There are two sets of drums that are used to accompany Sundanese Pencak Silat performances. The Kendang Ibu (mother drum) sustains a steady tempo while the Kendang Anak (child drum) improvises freely in fitting with the moves of the martial artists performing. This free improvisation requires the close attention of the drummer to pre-empt moves such as punches that require to be accompanied by a loud hit of the drum. But it’s not always a 1:1 relationship between the sound and the movement. Drummers like Pak Oseng have to know how to build tension and how to read the body of the performer so that he can successfully accompany powerful moves while adding beauty to the flower of the movement (known as bunga).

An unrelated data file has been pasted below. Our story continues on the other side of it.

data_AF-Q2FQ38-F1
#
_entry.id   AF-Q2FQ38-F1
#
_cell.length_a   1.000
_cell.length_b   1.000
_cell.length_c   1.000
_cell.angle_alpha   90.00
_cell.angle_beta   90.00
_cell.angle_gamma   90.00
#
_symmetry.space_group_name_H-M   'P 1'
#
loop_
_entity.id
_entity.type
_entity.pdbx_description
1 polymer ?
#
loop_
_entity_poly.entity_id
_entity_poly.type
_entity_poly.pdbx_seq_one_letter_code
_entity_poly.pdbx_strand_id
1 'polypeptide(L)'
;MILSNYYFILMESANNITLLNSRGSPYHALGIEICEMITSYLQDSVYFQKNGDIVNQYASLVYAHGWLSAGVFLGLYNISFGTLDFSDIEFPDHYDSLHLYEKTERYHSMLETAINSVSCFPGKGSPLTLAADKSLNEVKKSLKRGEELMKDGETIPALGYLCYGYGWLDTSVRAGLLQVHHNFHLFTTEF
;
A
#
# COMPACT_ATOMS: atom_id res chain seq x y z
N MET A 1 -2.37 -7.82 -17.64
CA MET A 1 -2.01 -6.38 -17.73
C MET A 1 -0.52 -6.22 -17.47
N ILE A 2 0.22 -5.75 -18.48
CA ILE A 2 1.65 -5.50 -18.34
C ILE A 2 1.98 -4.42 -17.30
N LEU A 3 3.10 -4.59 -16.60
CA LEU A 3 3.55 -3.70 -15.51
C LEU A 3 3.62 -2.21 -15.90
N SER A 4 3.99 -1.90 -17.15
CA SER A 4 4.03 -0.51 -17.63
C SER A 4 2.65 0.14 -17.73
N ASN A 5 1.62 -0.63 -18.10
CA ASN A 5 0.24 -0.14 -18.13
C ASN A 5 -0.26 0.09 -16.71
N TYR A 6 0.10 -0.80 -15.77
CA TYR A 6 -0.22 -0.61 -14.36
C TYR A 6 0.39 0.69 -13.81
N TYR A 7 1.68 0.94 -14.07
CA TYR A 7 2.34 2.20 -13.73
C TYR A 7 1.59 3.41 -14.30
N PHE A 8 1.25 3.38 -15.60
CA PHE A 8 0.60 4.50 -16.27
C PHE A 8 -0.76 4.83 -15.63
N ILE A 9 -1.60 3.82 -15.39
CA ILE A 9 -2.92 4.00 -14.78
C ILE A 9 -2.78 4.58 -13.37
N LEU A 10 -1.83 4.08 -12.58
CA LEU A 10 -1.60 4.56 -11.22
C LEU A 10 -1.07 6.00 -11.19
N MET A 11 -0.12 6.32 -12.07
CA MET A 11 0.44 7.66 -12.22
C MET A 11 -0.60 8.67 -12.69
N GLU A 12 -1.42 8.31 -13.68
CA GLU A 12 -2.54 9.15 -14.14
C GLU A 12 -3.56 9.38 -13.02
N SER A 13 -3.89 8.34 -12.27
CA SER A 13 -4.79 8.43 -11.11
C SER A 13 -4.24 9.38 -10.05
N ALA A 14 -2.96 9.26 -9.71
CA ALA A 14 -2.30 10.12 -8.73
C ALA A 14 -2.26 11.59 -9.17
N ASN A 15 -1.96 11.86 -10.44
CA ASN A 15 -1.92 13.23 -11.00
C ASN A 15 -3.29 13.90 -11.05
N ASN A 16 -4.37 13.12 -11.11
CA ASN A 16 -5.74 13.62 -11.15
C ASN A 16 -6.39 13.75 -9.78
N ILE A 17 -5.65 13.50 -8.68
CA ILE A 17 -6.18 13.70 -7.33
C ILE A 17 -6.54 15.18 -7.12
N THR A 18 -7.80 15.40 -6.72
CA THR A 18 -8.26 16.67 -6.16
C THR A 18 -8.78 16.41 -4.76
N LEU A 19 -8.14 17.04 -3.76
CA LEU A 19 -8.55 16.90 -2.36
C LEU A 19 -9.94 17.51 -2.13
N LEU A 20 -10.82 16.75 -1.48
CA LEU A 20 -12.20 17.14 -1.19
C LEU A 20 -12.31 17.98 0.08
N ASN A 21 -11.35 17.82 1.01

In our continuing exploration of facile examples of ‘evolutionary’ explanations for human behavior (usually described instead as ‘human nature’), I have another couple of exhibits: Do Jerks Get Laid More?, a great attack on recent research by Jill Filopovic at Feministe (h/t: Alternet); and Science Daily‘s story, Women Have Not Adapted To Casual Sex, Research Shows (which I’ll discuss in the next posts). Daniel already discussed some of the recent research on homosexuality in The Gay Brain: On Love and Science, but this piece, the first of two, is dedicated to recent ‘evolutionary’ work on male-female relations, especially arguments about what is ‘natural’ in sexuality including that all-important question, ‘What do women want?’